Persecution of anybody who displays even a touch of progressive politics is pandemic throughout Kentucky's entire university system. (Oddly, I never had a bit of trouble when I attended community college, which proves the problems I had at NKU were NKU's fault, not mine.)

It's possible that NKU keeps WNKU at arm's length from its fascism, so it's hard to tell whether buying 2 stations is a net improvement for the listening public. It's also unknown whether WNKU now uses the studio on campus that somebody once used as a restroom.

I'm not bitter at NKU buying 2 stations, because it could be much worse. If the stations were being sold to Brossart, I'd be filing complaints with the FCC already.

Tuesday, January 18, 2011

FCC rubber-stamps Comcast's takeover of NBC

Gee, let's make corporations bigger - because we've seen how well that hasn't worked.

If there's one thing that's held true in America for the past 15 years, it's that you can usually count on ineptitude being rewarded. And if there's one agency that can usually be counted on to reward it, it's the FCC.

The FCC - the media gatekeepers who shut down Tantrum 95.7 because of its political views - have now approved Comcast's takeover of NBC and its cable channels. Comcast, as you may know, is a major cable company known for its dreadful service and for favoring right-wing channels.

The lone FCC commissioner who dissented from the 4-to-1 rubber-stamp vote is Democratic commish Michael Copps, who pointed out that the merger "confers too much power in one company's hands." If this merger is allowed to stand, this will be the first time in America that a cable company will own an over-the-air TV network - which itself raises conflict issues.

Of course, the FCC has been rubber-stamping with such velocity for years that one is surprised that their stamp hasn't been worn down to the handle. Since the pro-child-molester Telecommunications Act of 1996 passed, I don't think there's been a single instance in which the FCC rejected the sale or transfer of a radio or TV station - regardless of consequences.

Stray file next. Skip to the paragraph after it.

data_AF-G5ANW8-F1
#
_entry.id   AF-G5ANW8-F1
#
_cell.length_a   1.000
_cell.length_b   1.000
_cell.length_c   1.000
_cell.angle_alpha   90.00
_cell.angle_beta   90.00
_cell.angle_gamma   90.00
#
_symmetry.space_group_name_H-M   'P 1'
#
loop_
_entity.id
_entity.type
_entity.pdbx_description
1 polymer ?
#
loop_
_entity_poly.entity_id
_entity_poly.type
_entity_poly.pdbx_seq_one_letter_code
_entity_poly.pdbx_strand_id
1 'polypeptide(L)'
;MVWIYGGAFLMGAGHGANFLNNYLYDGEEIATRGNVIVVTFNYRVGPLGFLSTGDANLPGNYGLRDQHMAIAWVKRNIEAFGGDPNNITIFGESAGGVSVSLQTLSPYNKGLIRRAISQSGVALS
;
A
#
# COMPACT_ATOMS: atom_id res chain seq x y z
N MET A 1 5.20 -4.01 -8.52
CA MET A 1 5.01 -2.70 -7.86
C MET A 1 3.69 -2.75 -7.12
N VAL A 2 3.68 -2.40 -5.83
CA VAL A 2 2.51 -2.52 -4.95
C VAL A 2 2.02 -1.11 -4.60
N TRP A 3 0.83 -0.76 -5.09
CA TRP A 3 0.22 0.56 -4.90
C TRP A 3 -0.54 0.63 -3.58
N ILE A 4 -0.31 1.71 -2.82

What does all this mean, and how can it be stopped? NBC already leans far to the right: It infamously doctored a Michelle Obama speech during the 2008 campaign, and it tried to fire Keith Olbermann because he donated to Democratic campaigns. But don't expect NBC to improve, considering Comcast's own fascist leanings.

Are the states listening? The states need to break up Comcast and NBC, since the FCC won't. (Don't count on the Kentucky legislature to do it though, because they can't do anything right. That's why we have 2 other branches of government.) The same goes for other megamergers that have afflicted TV and radio in recent years.


Lieberman retires

Connecticut Sen. Joe Lieberman is announcing tomorrow that he will not seek reelection next year.

Good riddance.

I guess he needs time to campaign for whoever wins the Republican presidential nomination again.

Monday, January 17, 2011

Comic book dreams

Ever have a dream about comic book characters?

If you do, you're weird. Just kidding! Actually, I have. In fact, I had one just last night.

This dream involved the old 'Super Friends' cartoon series. This dream had something to do with that little villain who got sent back to his home planet every time he was tricked into saying his name backwards. (Remember that guy?)

The message from this dream is that I should become a professional comic book artist. Dreams put together clues from the real world that you don't put together while you're awake. And this dream seems to have some real-word significance - like the countless variations of the "escape from Brossart" dream I've had.

Comic book artist. What a wonderful way to make a living! (Since the outsourcers deprive you of the right to make a living at anything else!)

Criminalize outsourcing?

You worked hard at the same company for 10 years.

But then the CEO moved your job overseas.

The global greed merchants say that's fair. But is it?

After unemployment benefits for Americans who have been left jobless by outsourcing were literally held for ransom last month, nothing is done to rein in those who make the decisions to move jobs out of the country. And who makes these decisions?

The people making these decisions are the right-wing weenie-wavers you see on the Internet bragging about how they own a large business and how they moved their operations overseas because workers abroad don't complain and don't unionize. If workers in some countries don't complain or unionize, it's because their supervisors beat them if they do. Is that what Corporate America wants? Obviously it is, because they keep moving jobs to where it goes on.